When it comes to naming colors, sometimes a perfect descriptor comes to mind almost instantaneously, and sometimes I end up pondering possibilities for hours or days. Either way, my thoughts are always on how well the name conveys the character of the color and how successfully it will link the color to something positive in the mind of the customer.
You can imagine me raising an eyebrow when I saw a well-respected paint company like Farrow & Ball using names like Dead Salmon, Arsenic, Monkey Puzzle, and Clunch. This inquiring mind had to know why.
Learning about the origins of the name Dead Salmon took nothing more than a look at the Farrow & Ball website, where it says, “The name comes from a painting bill for the library at Kedleston of 1805, though in fact analysis suggests that the colour is far closer to No. 21 Ointment Pink. Dead Salmon as depicted here is rather more ‘tired’ in character than it once was.
I’m not certain how something can be any more “tired” than being dead, but I understood their point. Ointment Pink is a warm, neutral color that does look slightly more “lively” than Dead Salmon.
Just like the company itself, the color names are steeped in tradition. However, even with all of my experience in color I still had no idea what hue Monkey Puzzle or Clunch might be used for.
As It turns out, it’s not the blocks but the material they are made from: a very soft limestone that can be very fine & white – similar to chalk – and is sometimes found in chunks. Not sure exactly where it might be found or that I’d recognize a “very versatile off-white” chunk of clunch even if I did stumble across it, but at least now I know the reason behind the name.
So why would a dark gray described as “A typical 19th century estate colour which has, like so many successful colours, endured the generations” be called Monkey Puzzle? While I suspected the answer was rooted in nature, I had no idea that Monkey Puzzle was a type of pine tree.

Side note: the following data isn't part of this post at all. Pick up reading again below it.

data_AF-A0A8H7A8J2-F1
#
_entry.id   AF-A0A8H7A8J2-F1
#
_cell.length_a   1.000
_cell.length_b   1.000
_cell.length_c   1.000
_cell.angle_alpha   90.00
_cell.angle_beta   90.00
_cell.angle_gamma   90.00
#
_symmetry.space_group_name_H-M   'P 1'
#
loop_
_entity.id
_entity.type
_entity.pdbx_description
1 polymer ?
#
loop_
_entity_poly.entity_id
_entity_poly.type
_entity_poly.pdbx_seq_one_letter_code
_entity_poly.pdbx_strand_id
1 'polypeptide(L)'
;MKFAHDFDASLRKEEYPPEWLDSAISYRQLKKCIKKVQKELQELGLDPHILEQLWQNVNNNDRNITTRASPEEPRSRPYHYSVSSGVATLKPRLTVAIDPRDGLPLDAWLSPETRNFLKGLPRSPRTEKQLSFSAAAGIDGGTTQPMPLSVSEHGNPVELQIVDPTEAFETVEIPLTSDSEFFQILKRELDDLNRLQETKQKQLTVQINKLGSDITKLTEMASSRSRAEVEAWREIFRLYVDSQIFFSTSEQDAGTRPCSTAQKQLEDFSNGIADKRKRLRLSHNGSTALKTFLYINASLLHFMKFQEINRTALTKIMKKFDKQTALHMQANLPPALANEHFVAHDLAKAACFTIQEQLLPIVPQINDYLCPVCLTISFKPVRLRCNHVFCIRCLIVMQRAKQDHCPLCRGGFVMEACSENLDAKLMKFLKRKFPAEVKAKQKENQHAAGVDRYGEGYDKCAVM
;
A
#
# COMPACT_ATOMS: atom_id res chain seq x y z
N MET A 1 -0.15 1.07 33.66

Native to Chile and Argentina, this conifer found its way into the rare plant collections of England and it is thought that the name came about in the 1880s when an Englishman commented that the tree would certainly be a puzzle for a monkey to climb; not that monkeys would have ever encountered this tree, since I don’t believe they inhabited the same native soil as the trees of the UK in the 1800s.
I have no idea who the gentleman was, but he must have been someone important – otherwise, I’m not sure anyone would have ever repeated those words, no less used them to name a tree.
I didn’t have to see the paint chip to know that Arsenic was a name for green. Perhaps a name that wouldn’t make it past the PR or marketing departments in most U.S. companies, but one that has historically been associated with this color because arsenic was used in the manufacture of green pigments in the 1800s.
Schweinfurt green was an emerald green often used in a wallcovering that, in its day, was very fashionable yet very deadly. The green pigment had a high arsenic content, making it extremely poisonous. Unfortunately, many people who spent time in rooms covered in green wallpaper died of arsenic poisening before the problem was discovered. Not a bad color, perhaps, but certainly an unfortunate association.
While researching these color names, I saw many comments in the media about how witty the Farrow & Ball color names are and I had to wonder whether any of these writers would have said so, had they understood the historic significance of these seemingly clever names.
The one exception might be an observation that Angela Voulangas, a graphic designer from Brooklyn, NY, shared on her blog a couple of weeks ago. She gave a very entertaining explanation of why a drab olive green is called Dauphin:
“Dauphin,” I realize in hindsight, is given a very elliptical explanation: An earth pigment colour in the early 18th century school of “drab”.
First, “school of drab” is just so…perfect, so Edward Gorey…second, how does one get “Dauphin” for a khaki olive brown?
After some investigation, I see perhaps F&B are too genteel to explain that the color “caca-dauphin” became fashionable when the much-longed-for French crown prince was born to Marie Antoinette, in the 1780s. Ah, “Dauphin’s Poo.”
Now that’s witty.